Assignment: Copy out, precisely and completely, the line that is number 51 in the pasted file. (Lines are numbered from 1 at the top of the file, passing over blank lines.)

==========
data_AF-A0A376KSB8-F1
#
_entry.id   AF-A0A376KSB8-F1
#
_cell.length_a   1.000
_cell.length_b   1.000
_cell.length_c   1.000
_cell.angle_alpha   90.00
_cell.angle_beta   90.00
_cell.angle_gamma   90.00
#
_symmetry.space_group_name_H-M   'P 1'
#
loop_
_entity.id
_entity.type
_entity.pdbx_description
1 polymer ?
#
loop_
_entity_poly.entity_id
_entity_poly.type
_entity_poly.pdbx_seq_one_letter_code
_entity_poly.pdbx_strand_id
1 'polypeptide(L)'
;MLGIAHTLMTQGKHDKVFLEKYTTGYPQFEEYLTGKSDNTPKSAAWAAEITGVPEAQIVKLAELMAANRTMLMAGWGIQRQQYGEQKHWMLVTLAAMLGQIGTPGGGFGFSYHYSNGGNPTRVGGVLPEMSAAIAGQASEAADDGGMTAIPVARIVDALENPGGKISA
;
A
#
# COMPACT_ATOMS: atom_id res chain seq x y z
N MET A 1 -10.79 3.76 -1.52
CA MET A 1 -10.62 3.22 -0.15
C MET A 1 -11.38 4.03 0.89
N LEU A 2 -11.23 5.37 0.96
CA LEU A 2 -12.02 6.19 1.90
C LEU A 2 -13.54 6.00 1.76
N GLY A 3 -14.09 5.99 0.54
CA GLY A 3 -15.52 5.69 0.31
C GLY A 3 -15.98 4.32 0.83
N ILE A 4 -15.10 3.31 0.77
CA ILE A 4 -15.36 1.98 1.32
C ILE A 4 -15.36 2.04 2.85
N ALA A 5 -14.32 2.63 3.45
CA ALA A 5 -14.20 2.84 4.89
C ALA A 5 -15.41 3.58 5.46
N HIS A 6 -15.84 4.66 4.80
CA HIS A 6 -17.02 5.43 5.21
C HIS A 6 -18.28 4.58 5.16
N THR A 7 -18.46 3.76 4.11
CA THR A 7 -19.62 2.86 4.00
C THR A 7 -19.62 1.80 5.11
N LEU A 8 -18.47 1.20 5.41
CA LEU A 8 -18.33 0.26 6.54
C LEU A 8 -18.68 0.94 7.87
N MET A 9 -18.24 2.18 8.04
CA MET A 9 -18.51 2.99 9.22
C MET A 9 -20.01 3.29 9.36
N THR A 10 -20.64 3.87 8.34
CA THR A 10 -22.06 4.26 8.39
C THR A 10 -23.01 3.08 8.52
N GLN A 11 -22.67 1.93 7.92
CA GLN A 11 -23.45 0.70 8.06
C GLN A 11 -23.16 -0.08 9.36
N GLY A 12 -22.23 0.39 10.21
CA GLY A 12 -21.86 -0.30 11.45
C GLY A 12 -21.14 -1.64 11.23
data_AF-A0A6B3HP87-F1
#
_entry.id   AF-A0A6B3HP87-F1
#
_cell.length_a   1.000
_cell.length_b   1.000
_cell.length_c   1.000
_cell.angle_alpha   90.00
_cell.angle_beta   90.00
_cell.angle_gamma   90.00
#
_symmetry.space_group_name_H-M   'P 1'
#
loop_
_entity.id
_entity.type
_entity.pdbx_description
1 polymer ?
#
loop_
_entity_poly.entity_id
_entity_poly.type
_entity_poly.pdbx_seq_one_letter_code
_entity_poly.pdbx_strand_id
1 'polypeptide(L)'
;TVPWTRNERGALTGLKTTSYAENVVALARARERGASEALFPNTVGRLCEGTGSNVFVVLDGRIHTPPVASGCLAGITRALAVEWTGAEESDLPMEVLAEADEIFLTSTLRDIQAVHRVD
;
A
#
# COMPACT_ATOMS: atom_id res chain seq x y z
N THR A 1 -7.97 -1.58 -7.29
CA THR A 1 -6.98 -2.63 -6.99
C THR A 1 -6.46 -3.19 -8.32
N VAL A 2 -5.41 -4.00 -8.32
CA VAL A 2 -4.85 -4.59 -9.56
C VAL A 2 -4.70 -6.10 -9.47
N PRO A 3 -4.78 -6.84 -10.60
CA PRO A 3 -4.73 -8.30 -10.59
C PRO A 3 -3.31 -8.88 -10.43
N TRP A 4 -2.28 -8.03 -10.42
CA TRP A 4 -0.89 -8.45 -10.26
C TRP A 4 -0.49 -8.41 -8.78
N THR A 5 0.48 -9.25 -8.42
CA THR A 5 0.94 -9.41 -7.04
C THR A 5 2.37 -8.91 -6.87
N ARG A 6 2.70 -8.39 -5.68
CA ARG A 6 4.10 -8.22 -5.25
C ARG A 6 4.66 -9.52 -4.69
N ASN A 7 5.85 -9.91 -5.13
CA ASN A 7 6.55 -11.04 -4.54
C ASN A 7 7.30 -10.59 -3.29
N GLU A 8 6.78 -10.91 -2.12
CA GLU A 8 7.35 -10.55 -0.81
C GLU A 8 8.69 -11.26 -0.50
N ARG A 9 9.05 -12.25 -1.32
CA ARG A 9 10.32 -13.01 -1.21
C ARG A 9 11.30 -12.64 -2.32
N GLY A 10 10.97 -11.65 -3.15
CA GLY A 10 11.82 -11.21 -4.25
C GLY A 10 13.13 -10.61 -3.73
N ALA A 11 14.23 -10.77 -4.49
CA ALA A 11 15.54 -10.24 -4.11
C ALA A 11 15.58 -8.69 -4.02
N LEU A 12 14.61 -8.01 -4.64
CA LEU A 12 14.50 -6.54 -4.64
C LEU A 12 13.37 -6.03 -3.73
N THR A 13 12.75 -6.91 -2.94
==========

C THR A 7 -19.62 1.80 5.11